Nine Al Qaeda members were arrested this morning, three in Kerala. Islamic State cells are present in Karnataka, Telegana, Andhra Pradesh, Maharashtra, Tamil Nadu, Bihar, Rajasthan, West Bengal, Uttar Pradesh, Madhya Pradesh, and Jammu-Kashmir. At least 21 Christian girls and young women have been caught up in IS’s “love jihad": after falling in love and converting to Islam, they engage in active terrorism.
Ernakulam (AsiaNews) – The Islamic State (IS) group[*] is present in many southern Indian states. Their terrorist methods worry the country's secret services; their "love jihad" methods – making Christian girls and young women fall in love with their members, convert them to Islam and make them active terrorists – worry the Churches, especially the Syro-Malabar Church.
Just this morning, India’s National Investigation Agency (NIA) arrested nine members of Al Qaeda, all hailing from West Bengal (some pictured). Six were caught in a coordinated raid in Murshidabad (West Bengal); the other three were arrested in Perumbavoor, Ernakulam district (Kerala).
Three days ago, speaking before Parliament in Delhi, India’s Home Affairs Ministry highlighted the active involvement of IS members in southern India states, including Kerala and Karnataka.
State security agencies confirm that many people have joined the group in states like Kerala, Karnataka, Telegana, Andhra Pradesh, Maharashtra, Tamil Nadu, Bihar, Rajasthan, West Bengal, Uttar Pradesh, Madhya Pradesh, and Jammu- Kashmir.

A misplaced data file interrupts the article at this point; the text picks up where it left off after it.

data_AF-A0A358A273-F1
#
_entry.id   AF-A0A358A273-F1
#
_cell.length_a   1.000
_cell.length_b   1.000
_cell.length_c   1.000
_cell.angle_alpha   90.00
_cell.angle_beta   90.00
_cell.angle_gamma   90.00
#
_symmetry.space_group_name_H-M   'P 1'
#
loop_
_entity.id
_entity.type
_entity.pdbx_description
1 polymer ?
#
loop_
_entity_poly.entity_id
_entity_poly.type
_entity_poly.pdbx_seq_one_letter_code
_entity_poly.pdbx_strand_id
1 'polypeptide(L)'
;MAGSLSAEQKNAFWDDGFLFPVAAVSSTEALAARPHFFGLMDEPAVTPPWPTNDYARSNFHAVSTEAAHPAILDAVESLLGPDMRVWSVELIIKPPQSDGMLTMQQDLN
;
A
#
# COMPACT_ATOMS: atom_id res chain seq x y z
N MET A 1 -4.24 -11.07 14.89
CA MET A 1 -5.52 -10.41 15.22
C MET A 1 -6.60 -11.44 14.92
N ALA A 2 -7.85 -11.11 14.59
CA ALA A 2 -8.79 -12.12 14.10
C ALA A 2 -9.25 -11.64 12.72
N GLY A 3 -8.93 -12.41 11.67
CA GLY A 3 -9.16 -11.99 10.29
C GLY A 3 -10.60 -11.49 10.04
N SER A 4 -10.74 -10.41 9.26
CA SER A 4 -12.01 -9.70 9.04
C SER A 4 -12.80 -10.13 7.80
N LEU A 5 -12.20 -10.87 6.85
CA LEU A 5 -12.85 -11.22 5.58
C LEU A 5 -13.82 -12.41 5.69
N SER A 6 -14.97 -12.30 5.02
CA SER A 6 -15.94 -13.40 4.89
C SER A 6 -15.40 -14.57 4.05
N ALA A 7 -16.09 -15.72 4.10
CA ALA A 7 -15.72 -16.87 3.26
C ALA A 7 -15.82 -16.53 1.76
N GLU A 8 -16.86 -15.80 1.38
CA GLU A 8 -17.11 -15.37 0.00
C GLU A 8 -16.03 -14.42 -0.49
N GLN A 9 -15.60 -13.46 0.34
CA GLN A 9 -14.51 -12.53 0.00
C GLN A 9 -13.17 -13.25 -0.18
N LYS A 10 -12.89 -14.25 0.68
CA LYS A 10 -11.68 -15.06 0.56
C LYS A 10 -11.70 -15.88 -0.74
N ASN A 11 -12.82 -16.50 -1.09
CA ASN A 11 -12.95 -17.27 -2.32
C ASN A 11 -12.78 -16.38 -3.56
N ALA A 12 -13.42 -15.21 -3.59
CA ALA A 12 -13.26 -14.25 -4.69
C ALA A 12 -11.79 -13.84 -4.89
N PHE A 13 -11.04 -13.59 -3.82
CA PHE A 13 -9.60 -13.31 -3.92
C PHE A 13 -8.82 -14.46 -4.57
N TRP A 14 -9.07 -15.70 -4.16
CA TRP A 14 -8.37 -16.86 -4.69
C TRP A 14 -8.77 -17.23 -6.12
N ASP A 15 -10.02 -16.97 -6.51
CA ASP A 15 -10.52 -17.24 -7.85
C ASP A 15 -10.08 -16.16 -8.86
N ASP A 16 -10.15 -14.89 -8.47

The NIA reported 17 cases involving IS members in Telegana, Kerala, Andhra Pradesh, Karnataka and Tamil Nadu. In all, NIA arrested 122 people.
Last January, during the first session of the 28th Synod of the Syro-Malabar Church, the bishops sparked a major controversy among government members, noting that IS terrorists had targeted Christian girls and young women via the “love jihad,” with 21 joining the terrorist group according to Kerala police.
The bishops warned the population, especially Christian families in southern India about the "love jihad". By contrast, the Kerala government downplayed the danger, going so far as to deny that it existed at all.
“Citing detailed studies, the Catholic bishops and some related associations have informed the state and the central government about the presence of IS in India,” said Stephen Thomas, director of the Kerala Catholic Youth Movement (KCYM), speaking to AsiaNews.
“These people and groups are dedicated to attracting youth to terrorism, making plans and executing them. They use social media and other means to instruct and train young people. Parents are helpless since this is going on in peer groups at school or university.”
A recently released UN report on terrorism indicates that a significant number of people, around 150-200, have joined IS in southern India states, especially Kerala and Karnataka.
Unemployment is helping IS fill its ranks, but so do social media with some sites gradually drawing young people into the terrorist web, to the point that some are willing to carry out terrorist actions.
However, Islam too is a victim, Khaleel A, a Muslim man from Alappuzha (Kerala), told AsiaNews.
“Islam as a whole is negatively affected by these reports,” he explained. “Those people who support terrorism are not Muslims. Islam is a religion that defends universal brotherhood, not terrorism. Our religion does not support terrorism.”
[*] Formerly known as the Islamic State in Syria and Iraq (ISIS) and Islamic State in Syria and the Levant (ISIL).